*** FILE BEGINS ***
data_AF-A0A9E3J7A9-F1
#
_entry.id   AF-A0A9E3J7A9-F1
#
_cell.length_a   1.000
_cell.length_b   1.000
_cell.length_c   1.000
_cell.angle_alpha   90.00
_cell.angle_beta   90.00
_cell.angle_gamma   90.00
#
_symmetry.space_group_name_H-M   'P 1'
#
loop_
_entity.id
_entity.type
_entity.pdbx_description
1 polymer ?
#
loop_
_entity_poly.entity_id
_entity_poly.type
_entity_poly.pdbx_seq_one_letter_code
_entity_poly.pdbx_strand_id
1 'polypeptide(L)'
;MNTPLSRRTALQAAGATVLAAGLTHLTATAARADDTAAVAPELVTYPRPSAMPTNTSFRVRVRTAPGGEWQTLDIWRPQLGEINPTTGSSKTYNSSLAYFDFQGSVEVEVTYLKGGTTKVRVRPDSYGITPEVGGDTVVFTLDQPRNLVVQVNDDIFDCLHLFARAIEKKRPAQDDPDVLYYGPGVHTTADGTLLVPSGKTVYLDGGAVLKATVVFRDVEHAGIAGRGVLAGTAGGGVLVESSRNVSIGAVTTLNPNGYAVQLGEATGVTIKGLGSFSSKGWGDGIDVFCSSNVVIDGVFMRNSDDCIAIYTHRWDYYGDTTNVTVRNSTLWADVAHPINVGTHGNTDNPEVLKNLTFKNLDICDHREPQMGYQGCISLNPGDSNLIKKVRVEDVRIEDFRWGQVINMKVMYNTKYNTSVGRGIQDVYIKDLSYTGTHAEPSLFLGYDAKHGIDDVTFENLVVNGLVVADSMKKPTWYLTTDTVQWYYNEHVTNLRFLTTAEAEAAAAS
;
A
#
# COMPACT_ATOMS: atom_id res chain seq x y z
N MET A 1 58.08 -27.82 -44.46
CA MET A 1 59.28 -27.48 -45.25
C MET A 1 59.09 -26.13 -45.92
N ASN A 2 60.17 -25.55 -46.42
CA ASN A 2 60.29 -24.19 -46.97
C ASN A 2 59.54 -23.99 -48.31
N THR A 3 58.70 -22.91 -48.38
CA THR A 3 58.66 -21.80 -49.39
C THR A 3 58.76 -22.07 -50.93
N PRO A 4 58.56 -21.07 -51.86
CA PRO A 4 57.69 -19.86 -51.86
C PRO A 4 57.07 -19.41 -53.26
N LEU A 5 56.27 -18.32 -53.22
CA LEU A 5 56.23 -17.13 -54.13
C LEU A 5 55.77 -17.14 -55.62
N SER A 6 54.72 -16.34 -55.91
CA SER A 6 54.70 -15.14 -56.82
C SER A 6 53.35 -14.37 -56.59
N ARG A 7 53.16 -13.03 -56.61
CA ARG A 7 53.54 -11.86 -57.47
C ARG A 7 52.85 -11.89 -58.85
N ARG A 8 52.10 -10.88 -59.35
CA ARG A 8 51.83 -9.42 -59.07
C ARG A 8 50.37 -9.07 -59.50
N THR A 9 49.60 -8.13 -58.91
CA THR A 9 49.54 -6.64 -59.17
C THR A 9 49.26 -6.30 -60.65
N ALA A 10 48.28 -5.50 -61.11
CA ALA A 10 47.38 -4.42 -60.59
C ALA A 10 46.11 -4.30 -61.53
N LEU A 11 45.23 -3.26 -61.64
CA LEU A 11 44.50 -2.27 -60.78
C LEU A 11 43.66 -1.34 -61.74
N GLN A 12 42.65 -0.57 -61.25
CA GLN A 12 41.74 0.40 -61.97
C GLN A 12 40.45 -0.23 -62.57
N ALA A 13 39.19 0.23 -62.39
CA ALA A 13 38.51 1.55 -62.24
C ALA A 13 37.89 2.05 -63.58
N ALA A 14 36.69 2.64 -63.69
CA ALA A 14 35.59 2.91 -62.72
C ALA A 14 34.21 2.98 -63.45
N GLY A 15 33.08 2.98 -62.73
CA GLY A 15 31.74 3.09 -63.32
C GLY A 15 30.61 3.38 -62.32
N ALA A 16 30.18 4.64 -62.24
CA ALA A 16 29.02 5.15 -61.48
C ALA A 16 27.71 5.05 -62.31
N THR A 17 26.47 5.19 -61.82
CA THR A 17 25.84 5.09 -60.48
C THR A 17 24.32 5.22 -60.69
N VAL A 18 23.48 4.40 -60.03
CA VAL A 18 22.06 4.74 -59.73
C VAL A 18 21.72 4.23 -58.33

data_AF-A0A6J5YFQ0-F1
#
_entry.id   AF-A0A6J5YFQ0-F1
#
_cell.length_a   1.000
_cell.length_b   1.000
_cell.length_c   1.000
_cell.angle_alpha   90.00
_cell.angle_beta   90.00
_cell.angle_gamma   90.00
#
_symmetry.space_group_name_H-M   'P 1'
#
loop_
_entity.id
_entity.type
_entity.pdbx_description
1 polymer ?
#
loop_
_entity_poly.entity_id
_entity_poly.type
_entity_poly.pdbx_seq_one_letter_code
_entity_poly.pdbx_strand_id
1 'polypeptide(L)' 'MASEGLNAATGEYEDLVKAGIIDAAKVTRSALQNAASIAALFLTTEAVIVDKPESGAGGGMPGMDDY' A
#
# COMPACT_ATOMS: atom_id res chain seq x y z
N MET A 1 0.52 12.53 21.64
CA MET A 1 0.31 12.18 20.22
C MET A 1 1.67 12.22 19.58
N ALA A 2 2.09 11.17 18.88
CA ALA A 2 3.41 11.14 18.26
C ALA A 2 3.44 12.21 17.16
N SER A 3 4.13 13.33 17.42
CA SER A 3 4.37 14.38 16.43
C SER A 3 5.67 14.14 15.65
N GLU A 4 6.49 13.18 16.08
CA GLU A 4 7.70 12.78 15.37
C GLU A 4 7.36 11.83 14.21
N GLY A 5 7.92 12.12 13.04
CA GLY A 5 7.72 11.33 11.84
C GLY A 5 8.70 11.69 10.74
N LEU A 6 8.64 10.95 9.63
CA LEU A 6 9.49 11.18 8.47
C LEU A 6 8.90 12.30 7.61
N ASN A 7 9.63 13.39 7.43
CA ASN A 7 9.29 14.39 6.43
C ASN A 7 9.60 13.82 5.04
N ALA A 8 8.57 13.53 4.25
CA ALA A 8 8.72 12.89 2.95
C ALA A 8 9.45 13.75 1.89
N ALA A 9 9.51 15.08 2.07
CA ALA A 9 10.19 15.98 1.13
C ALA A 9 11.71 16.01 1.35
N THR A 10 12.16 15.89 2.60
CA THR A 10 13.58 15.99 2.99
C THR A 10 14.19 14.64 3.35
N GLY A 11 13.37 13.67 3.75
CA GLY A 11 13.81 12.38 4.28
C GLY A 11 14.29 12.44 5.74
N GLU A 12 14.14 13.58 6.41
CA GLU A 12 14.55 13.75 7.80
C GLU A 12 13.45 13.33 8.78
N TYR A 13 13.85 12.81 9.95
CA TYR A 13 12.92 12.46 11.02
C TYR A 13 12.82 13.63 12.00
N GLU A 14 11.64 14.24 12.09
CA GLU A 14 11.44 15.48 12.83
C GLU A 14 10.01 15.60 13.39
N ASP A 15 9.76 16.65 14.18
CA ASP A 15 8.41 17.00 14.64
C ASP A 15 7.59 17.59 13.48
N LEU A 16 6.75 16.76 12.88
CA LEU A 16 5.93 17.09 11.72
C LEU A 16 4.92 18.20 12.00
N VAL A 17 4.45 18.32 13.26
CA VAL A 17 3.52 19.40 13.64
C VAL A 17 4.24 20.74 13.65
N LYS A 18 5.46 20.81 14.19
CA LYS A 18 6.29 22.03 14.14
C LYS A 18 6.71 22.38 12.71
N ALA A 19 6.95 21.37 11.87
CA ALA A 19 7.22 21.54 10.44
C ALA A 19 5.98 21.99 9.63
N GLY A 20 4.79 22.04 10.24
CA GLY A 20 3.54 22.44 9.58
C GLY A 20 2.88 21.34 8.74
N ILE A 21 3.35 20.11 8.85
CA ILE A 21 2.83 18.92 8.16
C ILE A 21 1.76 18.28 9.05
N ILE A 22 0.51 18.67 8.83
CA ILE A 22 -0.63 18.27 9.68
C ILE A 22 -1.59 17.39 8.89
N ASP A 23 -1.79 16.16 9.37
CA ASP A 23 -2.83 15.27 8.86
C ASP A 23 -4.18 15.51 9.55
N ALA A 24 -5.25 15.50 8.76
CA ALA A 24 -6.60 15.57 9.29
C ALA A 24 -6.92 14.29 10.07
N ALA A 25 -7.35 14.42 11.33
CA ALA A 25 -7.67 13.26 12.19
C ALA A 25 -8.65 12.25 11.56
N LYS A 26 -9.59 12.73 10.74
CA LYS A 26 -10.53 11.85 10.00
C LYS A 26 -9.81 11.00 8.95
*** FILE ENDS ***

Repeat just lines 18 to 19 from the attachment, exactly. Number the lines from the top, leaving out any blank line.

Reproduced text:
1 polymer ?
#